How women-owned Skinny Dipped Almonds started on a dining-room table and a shoestring.

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Breezy Griffith and her mom, Val Griffith, stopped at a Starbucks on a long car trip and got some chocolate-covered almonds. “And we thought to ourselves: Why does there have to be so much chocolate on a chocolate-covered almond?” she says.

It sounds random — one of a million road-trip conversations that get left in the middle of nowhere — but not long afterward, in 2014, they were hand-dipping individual almonds with a fork, the dining-room table covered in hundreds of them drying. (“Think this is scalable?” is the caption one of them wrote for a snapshot of the industrious scene, a small chandelier a blaze of light above.)

Many setbacks ensued; many things were learned the hard way. But now Skinny Dipped Almonds are available at 1,500 stores across the U.S., including Whole Foods, PCC, Bartell and more.

“We didn’t know anything when we started,” Griffith admits. The initial budget was $5,000 from her parents’ savings. Along the way, her two best friends, Lizzie Resta (whom she met in preschool) and Chrissy Haller (a former roommate), joined her and her mom on the project. None of them had a business background, much less any experience with packaged snacks, but, they thought, why not work with the people you love?

Griffith tells how, before the road-trip inspiration, the company was shaped by a tragedy. She’d moved to New York (where, among other things, she made sorbet to sell at farmers’ markets). Back here in Seattle, her little sister’s “first boyfriend-slash-best friend in the world,” Josh Dickerson, was diagnosed with a rare form of cancer. He continued playing baseball for O’Dea High School throughout his illness (you may remember a Seattle Times profile of him). “He was just a bright star,” Griffith says. “Like no one I’d ever met.” She flew back over and over to be a part of what she calls an incredible support network. Dickerson’s death just after his 18th birthday underscored, indelibly, the preciousness of time and the importance of family.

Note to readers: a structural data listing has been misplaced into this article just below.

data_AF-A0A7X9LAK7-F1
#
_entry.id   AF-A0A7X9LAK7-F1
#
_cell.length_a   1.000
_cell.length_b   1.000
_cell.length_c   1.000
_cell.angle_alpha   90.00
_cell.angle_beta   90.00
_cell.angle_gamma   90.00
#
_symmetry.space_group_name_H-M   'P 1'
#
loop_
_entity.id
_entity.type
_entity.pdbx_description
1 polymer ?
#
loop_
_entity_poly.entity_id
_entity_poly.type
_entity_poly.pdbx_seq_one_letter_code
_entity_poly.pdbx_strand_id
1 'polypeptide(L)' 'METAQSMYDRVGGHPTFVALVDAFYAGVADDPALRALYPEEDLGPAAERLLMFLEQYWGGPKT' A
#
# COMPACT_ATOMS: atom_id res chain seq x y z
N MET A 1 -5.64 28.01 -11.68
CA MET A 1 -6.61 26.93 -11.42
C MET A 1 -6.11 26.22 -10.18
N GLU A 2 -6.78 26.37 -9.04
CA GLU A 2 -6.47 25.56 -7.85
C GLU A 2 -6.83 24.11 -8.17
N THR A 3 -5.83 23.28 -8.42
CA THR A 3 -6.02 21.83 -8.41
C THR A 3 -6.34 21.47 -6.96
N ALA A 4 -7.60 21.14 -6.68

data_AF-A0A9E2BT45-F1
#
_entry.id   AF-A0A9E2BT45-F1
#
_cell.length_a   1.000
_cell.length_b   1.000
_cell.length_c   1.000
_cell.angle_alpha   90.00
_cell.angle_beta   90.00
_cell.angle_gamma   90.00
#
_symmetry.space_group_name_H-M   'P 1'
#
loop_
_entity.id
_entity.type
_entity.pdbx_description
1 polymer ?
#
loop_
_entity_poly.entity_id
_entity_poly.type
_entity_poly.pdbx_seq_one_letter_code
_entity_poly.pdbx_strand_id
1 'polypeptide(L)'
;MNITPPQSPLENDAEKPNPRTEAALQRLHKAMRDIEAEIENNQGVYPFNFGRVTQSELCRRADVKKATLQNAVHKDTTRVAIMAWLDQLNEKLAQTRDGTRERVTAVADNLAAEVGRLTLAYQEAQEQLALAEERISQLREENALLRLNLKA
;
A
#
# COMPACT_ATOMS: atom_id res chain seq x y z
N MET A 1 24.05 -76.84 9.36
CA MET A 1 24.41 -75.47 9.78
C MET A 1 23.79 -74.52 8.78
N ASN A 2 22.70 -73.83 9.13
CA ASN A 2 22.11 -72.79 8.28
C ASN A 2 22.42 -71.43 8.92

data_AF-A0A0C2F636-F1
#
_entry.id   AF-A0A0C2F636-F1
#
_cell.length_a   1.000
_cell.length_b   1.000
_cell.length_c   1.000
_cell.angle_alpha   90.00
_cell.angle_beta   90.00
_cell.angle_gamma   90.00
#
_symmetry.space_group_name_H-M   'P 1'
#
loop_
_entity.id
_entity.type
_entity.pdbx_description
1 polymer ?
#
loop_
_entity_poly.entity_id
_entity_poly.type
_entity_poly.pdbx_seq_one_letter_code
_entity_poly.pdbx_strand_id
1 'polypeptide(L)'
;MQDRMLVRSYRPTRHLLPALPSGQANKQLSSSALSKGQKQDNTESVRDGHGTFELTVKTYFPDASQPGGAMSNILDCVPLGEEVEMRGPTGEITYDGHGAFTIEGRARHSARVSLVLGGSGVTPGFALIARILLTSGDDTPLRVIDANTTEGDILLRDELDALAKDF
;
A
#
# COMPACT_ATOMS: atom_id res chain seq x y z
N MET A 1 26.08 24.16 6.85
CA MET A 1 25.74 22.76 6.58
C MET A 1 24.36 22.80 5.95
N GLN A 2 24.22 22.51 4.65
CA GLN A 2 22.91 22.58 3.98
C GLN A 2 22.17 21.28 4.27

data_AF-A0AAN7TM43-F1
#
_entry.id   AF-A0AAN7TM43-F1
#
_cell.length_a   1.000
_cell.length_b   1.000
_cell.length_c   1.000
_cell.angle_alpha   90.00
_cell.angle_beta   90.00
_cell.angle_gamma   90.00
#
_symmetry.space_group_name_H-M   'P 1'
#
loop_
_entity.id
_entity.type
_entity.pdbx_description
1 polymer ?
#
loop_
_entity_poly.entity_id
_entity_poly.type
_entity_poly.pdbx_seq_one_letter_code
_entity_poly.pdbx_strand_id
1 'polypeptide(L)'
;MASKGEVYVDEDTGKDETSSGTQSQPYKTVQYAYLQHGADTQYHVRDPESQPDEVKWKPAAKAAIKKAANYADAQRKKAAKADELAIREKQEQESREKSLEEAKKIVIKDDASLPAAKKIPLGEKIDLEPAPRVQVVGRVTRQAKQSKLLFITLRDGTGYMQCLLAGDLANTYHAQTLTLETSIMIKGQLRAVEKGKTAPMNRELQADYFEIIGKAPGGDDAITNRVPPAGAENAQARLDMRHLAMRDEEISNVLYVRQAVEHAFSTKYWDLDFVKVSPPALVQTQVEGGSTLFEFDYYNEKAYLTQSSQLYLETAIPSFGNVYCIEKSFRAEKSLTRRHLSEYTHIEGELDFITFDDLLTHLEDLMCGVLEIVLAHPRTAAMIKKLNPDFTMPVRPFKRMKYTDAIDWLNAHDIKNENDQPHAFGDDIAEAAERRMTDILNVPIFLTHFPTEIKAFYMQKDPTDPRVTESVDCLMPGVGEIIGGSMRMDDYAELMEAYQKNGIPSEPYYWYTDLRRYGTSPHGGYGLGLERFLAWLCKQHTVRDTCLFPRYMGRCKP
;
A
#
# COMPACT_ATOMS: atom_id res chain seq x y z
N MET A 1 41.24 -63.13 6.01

“That just changed us forever,” Griffith says. “And we thought, jeez, we’re already a close family, but let’s find a way to spend more time together.”

The notion of work that would bring Griffith back to Seattle and bring them closer together, long-term — a family business — was hatched. The fateful road trip happened. They arrived at the perfect formula for the lightly chocolate-coated almond.

Griffith acknowledges that almost everyone thinks their mom is the best cook, but she insists her mom’s “palate is unreal,” and says that’s driven the Skinny Dipped Almonds R&D.

They use fair-trade, ethically produced dark chocolate; the almonds are free of the propylene oxide that’s used to pasteurize 90 percent of them in the U.S. and is also found in jet fuel. The almonds are roasted for a rich, toasty flavor, and they’re dipped in an organic maple sugar glaze, giving them a crispy layer that, once you know it’s there, seems like a tiny stroke of genius on each nut. (“No one wants to bite into a squishy almond,” Griffith correctly observes.) Then there’s the chocolate coating, plus an all-natural finish of powdered cocoa, espresso or raspberry (which even those who scorn fruit-flavored chocolate confections may find delicious).